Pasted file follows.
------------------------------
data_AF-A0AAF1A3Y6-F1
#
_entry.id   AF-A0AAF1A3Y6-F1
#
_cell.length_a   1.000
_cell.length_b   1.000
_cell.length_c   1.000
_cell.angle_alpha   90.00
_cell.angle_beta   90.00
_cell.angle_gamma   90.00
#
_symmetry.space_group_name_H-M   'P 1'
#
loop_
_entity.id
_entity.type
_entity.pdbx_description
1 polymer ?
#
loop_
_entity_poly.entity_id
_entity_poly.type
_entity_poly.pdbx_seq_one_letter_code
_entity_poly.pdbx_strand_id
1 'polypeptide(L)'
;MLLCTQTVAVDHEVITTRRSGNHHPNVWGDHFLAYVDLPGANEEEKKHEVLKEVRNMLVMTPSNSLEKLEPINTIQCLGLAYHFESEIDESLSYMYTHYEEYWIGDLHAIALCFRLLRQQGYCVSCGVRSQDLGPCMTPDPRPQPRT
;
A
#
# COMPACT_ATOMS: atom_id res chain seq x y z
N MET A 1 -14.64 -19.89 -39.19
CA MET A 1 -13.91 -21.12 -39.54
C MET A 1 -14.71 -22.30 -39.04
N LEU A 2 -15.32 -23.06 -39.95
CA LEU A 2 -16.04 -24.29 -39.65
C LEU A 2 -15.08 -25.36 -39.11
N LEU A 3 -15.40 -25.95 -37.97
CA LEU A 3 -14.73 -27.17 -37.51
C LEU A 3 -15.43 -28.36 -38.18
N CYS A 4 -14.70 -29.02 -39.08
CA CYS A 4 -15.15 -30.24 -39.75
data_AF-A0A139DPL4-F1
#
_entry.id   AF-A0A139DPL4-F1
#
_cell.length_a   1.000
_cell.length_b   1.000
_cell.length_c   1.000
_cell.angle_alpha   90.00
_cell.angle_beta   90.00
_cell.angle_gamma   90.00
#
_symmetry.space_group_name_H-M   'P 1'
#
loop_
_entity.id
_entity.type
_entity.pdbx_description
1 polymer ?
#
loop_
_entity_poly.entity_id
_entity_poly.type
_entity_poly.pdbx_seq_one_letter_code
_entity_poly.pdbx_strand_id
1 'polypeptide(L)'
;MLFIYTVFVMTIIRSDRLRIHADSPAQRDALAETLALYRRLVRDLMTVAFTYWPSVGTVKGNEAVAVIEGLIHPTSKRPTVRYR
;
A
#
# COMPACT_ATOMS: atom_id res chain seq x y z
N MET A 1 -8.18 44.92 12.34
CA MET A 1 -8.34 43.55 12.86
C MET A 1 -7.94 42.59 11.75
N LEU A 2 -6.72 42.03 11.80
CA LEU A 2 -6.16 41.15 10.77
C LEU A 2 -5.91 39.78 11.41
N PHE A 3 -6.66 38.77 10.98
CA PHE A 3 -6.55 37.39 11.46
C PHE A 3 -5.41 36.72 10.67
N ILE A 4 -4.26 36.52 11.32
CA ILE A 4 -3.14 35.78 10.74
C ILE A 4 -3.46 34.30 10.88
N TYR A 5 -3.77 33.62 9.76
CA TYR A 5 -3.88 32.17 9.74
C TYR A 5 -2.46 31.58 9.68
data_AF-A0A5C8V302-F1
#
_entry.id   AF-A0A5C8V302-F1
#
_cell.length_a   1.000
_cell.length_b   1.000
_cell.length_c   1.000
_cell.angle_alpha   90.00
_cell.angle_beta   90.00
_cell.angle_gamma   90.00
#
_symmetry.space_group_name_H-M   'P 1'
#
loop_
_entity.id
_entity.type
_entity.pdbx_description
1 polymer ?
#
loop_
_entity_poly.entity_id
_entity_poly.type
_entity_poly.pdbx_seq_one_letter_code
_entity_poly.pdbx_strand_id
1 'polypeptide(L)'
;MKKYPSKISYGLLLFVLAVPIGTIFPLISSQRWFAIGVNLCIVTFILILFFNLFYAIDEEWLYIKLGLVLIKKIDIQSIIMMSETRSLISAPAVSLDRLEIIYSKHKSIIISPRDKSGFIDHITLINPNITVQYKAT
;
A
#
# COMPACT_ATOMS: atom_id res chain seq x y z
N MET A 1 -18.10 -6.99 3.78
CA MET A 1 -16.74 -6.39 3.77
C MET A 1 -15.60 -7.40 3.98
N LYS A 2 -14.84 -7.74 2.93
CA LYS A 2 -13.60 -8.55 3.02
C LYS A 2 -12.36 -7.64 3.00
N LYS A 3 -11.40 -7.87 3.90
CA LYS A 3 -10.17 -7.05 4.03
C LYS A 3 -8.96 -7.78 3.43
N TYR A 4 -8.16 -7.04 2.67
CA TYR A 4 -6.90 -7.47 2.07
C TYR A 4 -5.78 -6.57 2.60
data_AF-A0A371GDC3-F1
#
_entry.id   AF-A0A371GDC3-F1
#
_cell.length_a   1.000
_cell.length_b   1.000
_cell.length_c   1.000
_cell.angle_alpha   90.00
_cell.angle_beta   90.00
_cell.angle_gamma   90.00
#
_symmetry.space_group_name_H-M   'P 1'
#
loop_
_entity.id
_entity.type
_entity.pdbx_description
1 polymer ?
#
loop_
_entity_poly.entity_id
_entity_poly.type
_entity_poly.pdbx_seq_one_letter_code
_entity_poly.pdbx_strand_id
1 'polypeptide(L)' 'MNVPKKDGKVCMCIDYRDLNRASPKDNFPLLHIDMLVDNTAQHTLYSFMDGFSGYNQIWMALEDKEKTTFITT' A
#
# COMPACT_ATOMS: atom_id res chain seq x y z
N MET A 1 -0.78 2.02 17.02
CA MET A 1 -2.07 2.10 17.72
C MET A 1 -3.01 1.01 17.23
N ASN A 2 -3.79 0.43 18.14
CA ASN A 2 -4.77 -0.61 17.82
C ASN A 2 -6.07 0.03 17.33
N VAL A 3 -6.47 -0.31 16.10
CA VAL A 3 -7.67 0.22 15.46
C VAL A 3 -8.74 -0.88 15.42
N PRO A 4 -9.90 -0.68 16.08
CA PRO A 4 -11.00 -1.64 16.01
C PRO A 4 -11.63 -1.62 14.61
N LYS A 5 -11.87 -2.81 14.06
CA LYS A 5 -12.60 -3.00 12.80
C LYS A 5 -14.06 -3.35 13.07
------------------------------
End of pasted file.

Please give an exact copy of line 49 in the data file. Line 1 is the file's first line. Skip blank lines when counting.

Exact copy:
_cell.angle_alpha   90.00